Bill Would Level Playing Field for Businesses

Senator James Skoufis (D-Orange County) has introduced legislation (S.2774) that would allow local school districts and governments to collect property taxes from private corporations that occupy tax-exempt federal or state land like West Point. Doing so would offset some of the tax burden on all other duly-paying property owners in the community, including small businesses, while providing new funding to our schools and municipalities to provide services.

Private businesses like the Thayer Hotel that lease and operate within the bounds of West Point – federally-owned, tax-exempt territory along the Hudson River – for example, hold a competitive advantage over comparable businesses outside West Point’s gates that pay full property taxes.

“The cost of entrepreneurship in New York is already staggering for your average mom-and-pop small business,” said Senator Skoufis. “Our goal here is to ensure that our Main Streets aren’t carrying an inequitable tax burden when their competitor just up the block isn’t contributing to our schools, infrastructure, and local police. We must close this unjust tax loophole.”

Over 80% of all land within the Town of Highlands, where West Point is located, is either owned by the state or federal government, making it fully or partially tax-exempt. Should Senator Skoufis’ legislation be signed into law, over $20 million in new local revenue would be collected statewide.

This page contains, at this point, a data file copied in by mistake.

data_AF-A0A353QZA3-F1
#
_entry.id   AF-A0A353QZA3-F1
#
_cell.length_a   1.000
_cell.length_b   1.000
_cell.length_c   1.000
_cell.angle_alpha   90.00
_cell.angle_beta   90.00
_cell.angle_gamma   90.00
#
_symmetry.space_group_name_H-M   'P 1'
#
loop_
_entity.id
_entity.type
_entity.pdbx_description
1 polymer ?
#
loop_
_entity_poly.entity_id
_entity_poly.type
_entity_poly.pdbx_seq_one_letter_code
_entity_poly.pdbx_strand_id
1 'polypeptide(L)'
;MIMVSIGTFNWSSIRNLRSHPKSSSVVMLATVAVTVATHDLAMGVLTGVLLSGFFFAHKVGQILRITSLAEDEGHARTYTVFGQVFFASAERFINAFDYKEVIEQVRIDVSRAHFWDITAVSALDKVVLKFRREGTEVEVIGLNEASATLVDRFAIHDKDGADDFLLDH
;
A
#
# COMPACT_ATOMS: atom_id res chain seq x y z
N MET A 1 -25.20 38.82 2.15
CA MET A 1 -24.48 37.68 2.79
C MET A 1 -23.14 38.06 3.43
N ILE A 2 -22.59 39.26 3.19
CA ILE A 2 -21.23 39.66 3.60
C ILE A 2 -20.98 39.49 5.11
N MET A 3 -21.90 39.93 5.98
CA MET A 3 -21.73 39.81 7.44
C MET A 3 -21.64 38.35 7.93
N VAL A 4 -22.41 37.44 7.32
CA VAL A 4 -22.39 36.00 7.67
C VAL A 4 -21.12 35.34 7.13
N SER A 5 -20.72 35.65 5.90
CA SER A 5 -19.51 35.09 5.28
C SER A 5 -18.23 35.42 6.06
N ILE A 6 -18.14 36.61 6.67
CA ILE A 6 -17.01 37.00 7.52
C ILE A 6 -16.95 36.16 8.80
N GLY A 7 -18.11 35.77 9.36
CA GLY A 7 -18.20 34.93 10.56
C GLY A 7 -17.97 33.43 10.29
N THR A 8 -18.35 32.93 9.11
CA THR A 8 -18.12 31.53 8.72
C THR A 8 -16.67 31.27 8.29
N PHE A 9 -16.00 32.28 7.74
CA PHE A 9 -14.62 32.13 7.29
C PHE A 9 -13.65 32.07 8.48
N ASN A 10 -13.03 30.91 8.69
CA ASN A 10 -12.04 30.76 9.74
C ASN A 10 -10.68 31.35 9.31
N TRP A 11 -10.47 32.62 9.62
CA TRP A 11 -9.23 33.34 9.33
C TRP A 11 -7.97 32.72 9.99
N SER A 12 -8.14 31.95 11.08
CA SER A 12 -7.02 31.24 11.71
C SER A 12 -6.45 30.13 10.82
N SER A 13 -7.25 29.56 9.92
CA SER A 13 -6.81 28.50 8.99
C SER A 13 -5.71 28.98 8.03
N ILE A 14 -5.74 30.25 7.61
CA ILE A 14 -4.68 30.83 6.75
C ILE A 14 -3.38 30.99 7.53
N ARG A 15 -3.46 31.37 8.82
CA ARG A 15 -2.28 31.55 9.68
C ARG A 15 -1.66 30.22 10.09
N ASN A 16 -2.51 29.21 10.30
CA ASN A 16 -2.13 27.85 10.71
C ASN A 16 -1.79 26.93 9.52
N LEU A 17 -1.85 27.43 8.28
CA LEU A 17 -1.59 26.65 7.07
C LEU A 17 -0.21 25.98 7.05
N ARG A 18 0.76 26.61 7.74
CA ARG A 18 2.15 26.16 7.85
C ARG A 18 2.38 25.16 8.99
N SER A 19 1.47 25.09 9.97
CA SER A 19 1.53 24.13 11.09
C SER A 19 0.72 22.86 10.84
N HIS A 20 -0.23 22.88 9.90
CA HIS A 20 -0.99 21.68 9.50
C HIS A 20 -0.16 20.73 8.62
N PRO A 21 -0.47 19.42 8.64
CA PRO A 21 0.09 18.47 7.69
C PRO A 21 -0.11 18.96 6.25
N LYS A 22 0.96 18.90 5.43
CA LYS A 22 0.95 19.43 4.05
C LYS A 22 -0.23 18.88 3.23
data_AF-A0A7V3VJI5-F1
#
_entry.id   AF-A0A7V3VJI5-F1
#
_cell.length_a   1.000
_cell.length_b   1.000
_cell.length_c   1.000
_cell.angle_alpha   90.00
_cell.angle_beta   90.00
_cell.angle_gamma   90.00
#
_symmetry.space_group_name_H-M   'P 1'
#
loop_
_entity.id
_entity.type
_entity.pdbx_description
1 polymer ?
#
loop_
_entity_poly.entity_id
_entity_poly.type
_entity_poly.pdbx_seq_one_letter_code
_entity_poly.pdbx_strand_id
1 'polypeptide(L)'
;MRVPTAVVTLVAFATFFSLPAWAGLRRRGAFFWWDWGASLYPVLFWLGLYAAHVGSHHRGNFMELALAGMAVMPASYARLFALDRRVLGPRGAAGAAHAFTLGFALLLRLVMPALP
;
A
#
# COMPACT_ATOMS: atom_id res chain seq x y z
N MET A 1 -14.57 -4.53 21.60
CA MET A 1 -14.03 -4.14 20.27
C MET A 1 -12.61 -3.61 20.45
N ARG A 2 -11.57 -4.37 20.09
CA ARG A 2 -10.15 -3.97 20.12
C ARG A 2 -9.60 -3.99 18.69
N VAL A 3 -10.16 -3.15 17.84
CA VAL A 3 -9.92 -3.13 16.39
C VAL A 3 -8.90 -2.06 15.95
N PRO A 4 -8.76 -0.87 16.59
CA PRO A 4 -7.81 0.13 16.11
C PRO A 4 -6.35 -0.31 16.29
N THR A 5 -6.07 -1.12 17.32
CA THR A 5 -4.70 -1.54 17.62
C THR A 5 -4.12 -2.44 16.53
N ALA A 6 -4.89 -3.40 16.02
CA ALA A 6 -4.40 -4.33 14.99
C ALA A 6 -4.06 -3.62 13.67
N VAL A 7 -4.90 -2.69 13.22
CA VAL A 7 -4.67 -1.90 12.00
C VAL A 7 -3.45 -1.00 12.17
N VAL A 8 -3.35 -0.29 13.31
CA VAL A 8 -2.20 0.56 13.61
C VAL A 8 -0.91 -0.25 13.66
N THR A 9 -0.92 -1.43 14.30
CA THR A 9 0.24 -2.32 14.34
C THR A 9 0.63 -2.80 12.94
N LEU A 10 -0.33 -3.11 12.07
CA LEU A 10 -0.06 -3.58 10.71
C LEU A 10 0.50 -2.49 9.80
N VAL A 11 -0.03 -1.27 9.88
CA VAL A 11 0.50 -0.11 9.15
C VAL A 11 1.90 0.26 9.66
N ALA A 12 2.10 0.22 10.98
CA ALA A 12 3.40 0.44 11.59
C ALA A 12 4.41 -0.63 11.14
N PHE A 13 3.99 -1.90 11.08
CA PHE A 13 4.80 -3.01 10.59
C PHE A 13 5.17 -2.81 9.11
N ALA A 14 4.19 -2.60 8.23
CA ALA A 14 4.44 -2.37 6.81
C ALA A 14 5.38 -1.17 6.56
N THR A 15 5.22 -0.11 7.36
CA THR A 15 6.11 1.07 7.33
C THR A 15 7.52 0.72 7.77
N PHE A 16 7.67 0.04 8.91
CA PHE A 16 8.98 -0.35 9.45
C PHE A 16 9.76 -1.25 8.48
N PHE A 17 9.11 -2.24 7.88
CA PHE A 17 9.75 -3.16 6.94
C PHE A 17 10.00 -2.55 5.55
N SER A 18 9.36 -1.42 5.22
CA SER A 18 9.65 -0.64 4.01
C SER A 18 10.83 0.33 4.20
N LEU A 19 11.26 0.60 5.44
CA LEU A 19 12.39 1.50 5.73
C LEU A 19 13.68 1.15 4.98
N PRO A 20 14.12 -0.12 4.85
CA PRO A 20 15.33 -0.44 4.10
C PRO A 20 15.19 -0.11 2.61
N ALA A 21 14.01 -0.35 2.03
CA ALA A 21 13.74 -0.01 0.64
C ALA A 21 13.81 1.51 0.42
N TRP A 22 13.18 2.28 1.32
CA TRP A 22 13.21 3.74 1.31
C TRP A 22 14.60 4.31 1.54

“I applaud Senator Skoufis for his continued work to support our local governments and drive down taxes for those in Orange County,” said Town of Highlands Supervisor Bob Livsey. “Highlands is uniquely impacted by existing federal and state property tax exemptions, and this legislation would ensure our business community thrives while key municipal services are supported.”

Skoufis has long advocated for closing property tax loopholes as a way to benefit our local community. In 2021, he secured a permanent provision requiring the state to pay property taxes on Goosepond Mountain State Park, accounting for roughly $100,000 in new annual revenue for the towns of Chester and Blooming Grove. Previously, the tax bill for every park under the jurisdiction of the Palisades Interstate Park Commission–except for Goosepond– had been paid by the state.

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